The spokesperson for Vice President, Dr Mahamudu Bawumia, has described Ghana’s public sector as a rigid, unbending, centralised monolith which in many ways is slow in responding to public needs.
Dr Gideon Boako said despite several interventions to remedy the situation, the majority of the public administration systems remain the same.
He’s convinced technological advancement and digitisation might just be the much-sought-after solution to transform Ghana’s public administration systems.
He said, for many post-colonial societies like ours that appear stacked in the old antiquated ways of doing things, technological innovations and digitisation are just what are needed to leapfrog years of public administration reforms that have almost become a never-ending business, in some cases even more bureaucratic, more red-tape, more opaque and impediments to doing business.”
The comment was made at a New Patriotic Party (NPP) press conference held on October 5, in Accra as a follow-up to Vice President Dr Bawumia’s Public Lecture on digital economy at Ashesi University.
He stated that the conversation on digitisation is one that is long overdue as it holds great potential for economic development.
“Embracing digital technologies means providing strategic drivers to create open participatory and trustworthy public sectors, to improve social inclusiveness and government accountability, and to bring together government and non-government actors to develop innovative approaches to national development and long-term sustainable growth,” he stated.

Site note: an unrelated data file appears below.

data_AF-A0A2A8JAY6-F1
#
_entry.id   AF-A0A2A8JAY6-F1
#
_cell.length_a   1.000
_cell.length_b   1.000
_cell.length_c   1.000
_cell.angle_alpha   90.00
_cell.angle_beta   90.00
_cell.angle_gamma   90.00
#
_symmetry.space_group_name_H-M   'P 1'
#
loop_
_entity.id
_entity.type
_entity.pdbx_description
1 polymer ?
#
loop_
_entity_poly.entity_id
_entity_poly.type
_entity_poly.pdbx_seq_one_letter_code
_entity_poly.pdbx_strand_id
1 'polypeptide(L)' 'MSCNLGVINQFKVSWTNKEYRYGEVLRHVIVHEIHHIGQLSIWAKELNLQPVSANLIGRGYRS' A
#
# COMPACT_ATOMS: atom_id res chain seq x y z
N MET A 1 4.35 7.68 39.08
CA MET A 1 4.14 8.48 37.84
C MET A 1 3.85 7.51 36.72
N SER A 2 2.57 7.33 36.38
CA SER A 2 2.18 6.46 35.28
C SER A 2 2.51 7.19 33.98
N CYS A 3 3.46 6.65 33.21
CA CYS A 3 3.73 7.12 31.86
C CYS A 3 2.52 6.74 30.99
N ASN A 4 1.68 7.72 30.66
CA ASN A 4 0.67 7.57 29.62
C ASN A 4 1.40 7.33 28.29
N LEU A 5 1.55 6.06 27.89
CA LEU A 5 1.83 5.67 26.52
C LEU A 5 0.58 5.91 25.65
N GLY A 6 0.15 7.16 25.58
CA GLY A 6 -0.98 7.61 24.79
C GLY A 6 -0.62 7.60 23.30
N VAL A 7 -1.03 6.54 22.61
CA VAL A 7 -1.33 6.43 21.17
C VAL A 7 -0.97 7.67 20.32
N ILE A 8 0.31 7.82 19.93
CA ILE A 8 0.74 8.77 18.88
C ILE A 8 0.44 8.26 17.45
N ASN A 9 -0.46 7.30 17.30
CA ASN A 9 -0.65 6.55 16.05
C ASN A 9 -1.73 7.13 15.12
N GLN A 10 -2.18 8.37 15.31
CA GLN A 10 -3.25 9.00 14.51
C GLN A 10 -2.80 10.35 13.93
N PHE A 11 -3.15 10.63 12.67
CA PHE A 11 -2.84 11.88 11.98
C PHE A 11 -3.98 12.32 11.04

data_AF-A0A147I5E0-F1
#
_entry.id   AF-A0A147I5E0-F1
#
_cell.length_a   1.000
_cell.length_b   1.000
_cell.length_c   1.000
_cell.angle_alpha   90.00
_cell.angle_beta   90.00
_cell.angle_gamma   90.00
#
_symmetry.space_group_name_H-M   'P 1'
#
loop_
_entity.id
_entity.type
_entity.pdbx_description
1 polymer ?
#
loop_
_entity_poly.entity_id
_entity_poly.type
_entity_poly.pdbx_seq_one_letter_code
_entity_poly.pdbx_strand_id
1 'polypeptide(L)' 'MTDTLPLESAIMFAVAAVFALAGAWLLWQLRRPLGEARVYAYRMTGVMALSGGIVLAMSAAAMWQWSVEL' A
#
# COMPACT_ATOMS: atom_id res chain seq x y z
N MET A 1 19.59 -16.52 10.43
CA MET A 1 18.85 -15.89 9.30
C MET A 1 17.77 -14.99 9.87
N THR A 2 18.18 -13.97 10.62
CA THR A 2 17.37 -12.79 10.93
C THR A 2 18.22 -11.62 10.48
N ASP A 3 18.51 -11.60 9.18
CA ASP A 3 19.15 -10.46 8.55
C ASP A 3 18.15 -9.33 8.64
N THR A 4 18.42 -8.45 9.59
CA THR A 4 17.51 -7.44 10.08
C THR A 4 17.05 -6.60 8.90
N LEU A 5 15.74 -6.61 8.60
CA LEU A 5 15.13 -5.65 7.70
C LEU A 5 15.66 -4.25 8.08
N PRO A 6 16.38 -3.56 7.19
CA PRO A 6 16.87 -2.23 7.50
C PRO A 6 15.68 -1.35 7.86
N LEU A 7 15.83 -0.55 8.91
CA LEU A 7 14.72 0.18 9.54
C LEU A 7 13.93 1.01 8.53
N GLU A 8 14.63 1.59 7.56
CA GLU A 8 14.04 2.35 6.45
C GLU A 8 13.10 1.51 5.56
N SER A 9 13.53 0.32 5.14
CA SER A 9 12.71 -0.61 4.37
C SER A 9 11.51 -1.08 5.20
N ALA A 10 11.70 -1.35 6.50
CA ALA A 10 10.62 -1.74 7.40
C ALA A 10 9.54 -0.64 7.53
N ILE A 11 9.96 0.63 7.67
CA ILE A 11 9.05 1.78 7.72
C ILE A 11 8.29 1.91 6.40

To buttress his point, he cited a report from the World Bank on the effects of digitisation on Gross Domestic Product.
“A World Bank study has shown that every 10% increase in broadband penetration boosts GDP by an average of 1.3% and every 10% increase in mobile teledensity results in a 0.7% increase in the Gross Domestic Product (GDP) of a nation.
“This means Digital Governance, which will need these tools to be successful, is crucial to economic transformation of developing nations like Ghana,” he added.
Suggesting that the government’s digitisation drive is a selfless one, he explained that the country will truly reap the benefits of digitisation in the future instead of immediately.
“It has taken political will on the part of government to put these new systems in place. The status quo benefits the few to the detriment of the many. Furthermore, there is little immediate political benefit from implementing these innovations.
“It takes some time for the full benefits of digitalization to become obvious to many and manifest in our lives. Politicians generally cannot afford to wait. The infrastructure we have put in place for digitalization is soft infrastructure. It is not like a road or a bridge you can point to. But it is a powerful and an expanded highway for development,” he said.